There is a good deal of fretting (warranted) about the impact on national and state-level government spending of a population that is growing older.  It is relatively easy to project a path for age-affected expenditures both nationally and in NH and to model how changes in spending programs and policies could alter the projected path of those expenditures.   Getting agreement on which policies to alter to influence the spending path is a much more difficult task.  What is missing from most discussions is an understanding that aging isn’t the only important demographic trend.  The dynamics of an increasing number of older individuals and median age of the population are largely misunderstood, but that is a subject for another post.  From a fiscal perspective, the most important indicator of spending pressures resulting  from the age structure  of the population is the “dependency ratio.”   The dependency ratio measures the ratio of working-age individuals in a population to those who are generally more ‘dependent” in a population (that is are likely to draw greater resources from governments then they give to governments).  Generally dependency is defined as age groups least likely to be in the labor force (children and those age 65+ – which may be unrealistic as individuals are healthier and for a variety of reasons stay longer in the labor force).  The dependency ratio affects both spending and revenues (revenue impacts are mostly missing from the demographic discussion and are the subject of tomorrow’s post).  A lot of government spending is directed at these groups – young people via schools and older citizens via things like Medicare, Medicaid, Social Security etc.  The chart below shows the rise in the projected dependent population in NH.  The chart shows that the past decade has been a “sweet spot” for the dependency ratio in NH, with an overall decline in the percentage of the population in “dependent” years (albeit with an increase in older dependency).  I produced a similar chart in the early 2000’s and suggested state government make good use of the state’s time in the “sweet spot” by adopting policies to minimize the impacts of future increase in the dependency ratio in the state (it wasn’t the first nor will it be the last time my thoughts were ignored by lawmakers – in fairness, it’s not always unreasonable for them to do so).  Certainly some policies have looked to reduce the impacts of an increasing older population.  But with limited, and in some years declines in the youth dependency, less attention has been given to innovative ways to slow the growth in spending (largely education expenditures) in a way that is proportional to growth in the youth population.   Effectively managing changes in spending pressures without producing unacceptably large overall increases in spending or unacceptable reductions in services requires that resources not be locked in specific spending categories or programs, but rather be allowed to rise and fall and flow to and from programs programs and services most influenced by demographic and economic pressures.  Tomorrow: The other side of the ledger – demographic influences on revenues.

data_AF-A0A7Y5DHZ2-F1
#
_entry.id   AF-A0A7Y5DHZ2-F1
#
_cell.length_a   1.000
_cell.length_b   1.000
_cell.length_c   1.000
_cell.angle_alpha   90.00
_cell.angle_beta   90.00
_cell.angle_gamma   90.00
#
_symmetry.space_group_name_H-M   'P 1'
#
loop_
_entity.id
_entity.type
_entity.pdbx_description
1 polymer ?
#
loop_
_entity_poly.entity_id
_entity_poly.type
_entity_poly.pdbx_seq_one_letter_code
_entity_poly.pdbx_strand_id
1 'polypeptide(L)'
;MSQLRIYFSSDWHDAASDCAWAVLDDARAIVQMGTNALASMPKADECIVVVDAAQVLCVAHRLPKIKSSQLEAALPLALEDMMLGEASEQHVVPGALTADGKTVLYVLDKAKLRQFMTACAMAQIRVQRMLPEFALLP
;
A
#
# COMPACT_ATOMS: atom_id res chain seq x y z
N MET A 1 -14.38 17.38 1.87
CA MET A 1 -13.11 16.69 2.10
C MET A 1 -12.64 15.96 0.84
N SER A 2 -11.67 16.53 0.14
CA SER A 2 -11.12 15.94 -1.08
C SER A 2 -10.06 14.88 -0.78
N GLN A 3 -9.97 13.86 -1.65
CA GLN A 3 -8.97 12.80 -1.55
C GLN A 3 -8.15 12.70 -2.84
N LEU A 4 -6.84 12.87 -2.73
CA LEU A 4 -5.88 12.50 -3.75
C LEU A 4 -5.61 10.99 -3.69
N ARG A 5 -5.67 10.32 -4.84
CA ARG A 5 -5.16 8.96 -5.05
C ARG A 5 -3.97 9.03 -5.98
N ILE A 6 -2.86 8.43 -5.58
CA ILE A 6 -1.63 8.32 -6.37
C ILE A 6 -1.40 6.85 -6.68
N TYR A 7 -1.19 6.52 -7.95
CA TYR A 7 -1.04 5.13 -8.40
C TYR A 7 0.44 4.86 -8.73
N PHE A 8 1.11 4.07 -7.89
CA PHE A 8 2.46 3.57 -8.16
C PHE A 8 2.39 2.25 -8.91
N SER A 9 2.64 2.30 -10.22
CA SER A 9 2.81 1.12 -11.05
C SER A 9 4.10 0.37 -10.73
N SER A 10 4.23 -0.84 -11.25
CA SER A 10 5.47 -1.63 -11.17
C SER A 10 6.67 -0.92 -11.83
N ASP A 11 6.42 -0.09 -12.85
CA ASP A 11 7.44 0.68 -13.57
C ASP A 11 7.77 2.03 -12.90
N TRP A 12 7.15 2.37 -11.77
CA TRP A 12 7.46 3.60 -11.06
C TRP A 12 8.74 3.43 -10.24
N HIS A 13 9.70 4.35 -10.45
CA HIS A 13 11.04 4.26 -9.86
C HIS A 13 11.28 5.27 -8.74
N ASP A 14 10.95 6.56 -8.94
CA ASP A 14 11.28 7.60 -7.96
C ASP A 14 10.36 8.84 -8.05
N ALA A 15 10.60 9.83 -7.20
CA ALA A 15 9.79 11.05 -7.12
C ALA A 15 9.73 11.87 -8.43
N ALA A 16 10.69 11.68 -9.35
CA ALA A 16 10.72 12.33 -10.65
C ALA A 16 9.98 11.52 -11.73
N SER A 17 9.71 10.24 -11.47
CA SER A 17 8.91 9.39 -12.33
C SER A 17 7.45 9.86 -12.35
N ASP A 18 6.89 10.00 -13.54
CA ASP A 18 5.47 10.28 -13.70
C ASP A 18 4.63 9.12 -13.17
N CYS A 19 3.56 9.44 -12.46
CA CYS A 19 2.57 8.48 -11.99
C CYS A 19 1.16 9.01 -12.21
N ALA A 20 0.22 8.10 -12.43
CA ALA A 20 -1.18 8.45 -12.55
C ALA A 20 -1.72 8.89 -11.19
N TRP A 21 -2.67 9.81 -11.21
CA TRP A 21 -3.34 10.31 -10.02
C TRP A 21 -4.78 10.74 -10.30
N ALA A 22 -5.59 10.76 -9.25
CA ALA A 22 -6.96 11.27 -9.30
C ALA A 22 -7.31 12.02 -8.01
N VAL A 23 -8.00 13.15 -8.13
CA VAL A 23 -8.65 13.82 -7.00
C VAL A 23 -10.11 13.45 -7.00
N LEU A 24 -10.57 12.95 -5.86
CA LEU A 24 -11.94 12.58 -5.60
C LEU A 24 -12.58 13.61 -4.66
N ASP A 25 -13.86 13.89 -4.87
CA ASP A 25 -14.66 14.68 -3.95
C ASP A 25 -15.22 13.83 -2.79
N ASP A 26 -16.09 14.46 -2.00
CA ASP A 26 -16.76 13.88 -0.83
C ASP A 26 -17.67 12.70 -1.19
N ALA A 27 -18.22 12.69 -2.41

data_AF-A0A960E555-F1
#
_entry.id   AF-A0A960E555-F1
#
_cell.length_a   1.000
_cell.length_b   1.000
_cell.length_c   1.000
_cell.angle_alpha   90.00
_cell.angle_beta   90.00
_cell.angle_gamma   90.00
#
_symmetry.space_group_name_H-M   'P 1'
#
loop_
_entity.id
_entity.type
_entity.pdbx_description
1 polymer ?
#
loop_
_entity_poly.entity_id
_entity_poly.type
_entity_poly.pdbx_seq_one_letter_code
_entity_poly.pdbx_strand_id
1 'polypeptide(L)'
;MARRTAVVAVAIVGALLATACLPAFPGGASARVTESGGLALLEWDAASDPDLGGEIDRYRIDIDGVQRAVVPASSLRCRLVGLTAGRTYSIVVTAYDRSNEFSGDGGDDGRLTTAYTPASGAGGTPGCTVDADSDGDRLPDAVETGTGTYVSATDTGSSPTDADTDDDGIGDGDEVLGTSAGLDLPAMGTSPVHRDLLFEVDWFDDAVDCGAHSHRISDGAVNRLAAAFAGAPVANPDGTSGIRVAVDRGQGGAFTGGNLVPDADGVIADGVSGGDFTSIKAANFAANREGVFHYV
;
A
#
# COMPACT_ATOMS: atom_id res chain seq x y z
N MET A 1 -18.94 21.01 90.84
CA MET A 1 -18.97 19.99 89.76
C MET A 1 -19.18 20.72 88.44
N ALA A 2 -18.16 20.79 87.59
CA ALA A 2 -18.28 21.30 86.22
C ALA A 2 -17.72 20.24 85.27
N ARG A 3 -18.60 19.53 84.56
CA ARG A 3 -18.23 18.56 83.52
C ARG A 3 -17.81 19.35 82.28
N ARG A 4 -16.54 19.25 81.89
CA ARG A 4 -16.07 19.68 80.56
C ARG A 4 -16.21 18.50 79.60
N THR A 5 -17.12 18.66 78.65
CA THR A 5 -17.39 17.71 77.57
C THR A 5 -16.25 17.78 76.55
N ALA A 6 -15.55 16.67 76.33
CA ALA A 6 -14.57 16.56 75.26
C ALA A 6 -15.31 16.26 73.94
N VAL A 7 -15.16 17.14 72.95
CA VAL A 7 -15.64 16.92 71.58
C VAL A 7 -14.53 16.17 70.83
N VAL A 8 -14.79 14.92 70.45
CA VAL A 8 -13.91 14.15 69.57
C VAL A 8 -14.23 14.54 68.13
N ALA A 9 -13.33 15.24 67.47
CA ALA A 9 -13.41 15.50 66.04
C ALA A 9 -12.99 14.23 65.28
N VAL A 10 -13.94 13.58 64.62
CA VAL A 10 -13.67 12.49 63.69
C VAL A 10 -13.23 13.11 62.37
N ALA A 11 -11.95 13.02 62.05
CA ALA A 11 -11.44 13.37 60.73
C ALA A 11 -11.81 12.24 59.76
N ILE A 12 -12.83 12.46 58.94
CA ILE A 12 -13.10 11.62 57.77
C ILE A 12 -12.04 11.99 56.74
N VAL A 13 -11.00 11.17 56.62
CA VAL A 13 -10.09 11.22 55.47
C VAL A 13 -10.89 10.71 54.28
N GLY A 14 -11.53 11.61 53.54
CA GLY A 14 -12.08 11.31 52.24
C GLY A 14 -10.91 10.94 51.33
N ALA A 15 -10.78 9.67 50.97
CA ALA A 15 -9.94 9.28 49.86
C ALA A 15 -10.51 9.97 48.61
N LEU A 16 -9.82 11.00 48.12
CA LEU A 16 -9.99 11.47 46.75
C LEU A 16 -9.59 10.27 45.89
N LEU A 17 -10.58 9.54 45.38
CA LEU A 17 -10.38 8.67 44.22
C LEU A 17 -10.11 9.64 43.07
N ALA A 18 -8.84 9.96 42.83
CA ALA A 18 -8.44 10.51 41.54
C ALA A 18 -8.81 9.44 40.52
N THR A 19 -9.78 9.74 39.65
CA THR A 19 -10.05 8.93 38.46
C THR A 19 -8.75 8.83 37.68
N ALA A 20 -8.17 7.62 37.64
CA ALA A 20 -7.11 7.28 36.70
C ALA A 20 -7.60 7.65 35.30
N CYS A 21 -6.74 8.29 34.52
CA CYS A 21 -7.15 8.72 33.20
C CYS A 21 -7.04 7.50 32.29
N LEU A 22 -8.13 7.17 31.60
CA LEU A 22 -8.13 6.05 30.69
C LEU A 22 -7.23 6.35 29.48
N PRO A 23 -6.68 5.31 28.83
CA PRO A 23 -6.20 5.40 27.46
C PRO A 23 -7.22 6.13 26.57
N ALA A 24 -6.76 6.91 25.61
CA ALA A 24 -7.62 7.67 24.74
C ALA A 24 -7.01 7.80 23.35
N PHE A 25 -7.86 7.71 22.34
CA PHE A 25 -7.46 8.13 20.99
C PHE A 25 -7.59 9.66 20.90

Renewable Energy in the Era of Rising U.S. Oil and Gas Production

November 7, 2012

Dramatic increases in natural gas and oil production in the U.S. have increased the nation’s prospects for energy independence.  Increases in oil and gas production are good news for the U.S. economy and consumers, but one unfortunate result could be reduced efforts to increase the nation’s production of energy from renewable sources.   High oil and gas prices, as painful and harmful economically as they are,  spur development of renewable sources of energy.  I couldn’t be more enthusiastic about the positive implications of increased domestic oil and gas production but my enthusiasm is tempered by the prospect of a stalling emphasis on developing  renewable energy sources.   Northern New England states are above the U.S. average for electricity generated by renewables, with Maine being a national leader at 56% of it electricity generation.  Vermont is at 25% and NH 14% (each of these states generates a large percentage of electricity from nuclear fuel while Maine does not).

Southern New England states lag in electricity generated from renewable sources of energy, and as the chart below shows, have a long way to go in meeting their goals for the percent of electricity generated by renewable resources – even when the goals are modest.

Whoever Wins, I’m Rooting for Propserity

November 6, 2012

The winners of today’s state and national elections face some daunting budgeting tasks.  Compounding those difficulties is the fact that winners will likely begin their efforts having disappointed close to 50 percent of the people who care enough about their country and state to exercise their right of franchise.  Its hard to set a course when half the oarsmen and women are are using them to poke you in the eye rather than right the ship of state.  This is not a circumstance unique to this election, but what does seem different is how many people think they still win even when their candidate loses, if the country or the state fail to prosper under the administration of the victor.    Some may have, but I never have  been better off when the economy is weak,  so whether or not my candidates win today, I’m rooting for prosperity.

In NH, today’s winner of the race for governor will confront pent-up demand for limited state resources that show no near-term signs of significant increase.   The state’s largest source of general fund revenue, the combined business profits and business enterprise taxes, has shown limited growth recently.  In the past, this source of revenue has demonstrated an ability to rise quickly and dramatically as the state’s and nation’s economies rebound, but a severe recession and changes to the state’s business loss carry forward provisions will dampen some of these effects that typically occur early in a recovery.  The chart below shows the seasonally adjusted,  annualized, business tax revenue over the past decade, along with our forecast for the next two years.  This forecast uses a statistical model (ARIMA) that makes no assumptions about changes in the strength of the economy and it indicates that, without significant changes,  business tax revenues can be expected to increases by about 5.3 percent over the next two years.  We will update the forecast as new data becomes available as well as use modeling that incorporates key assumptions about changes in state and national economic variables, but as it stands now, it appears that  little of the pent-up demand for state spending  is likely to be satisfied under the current path.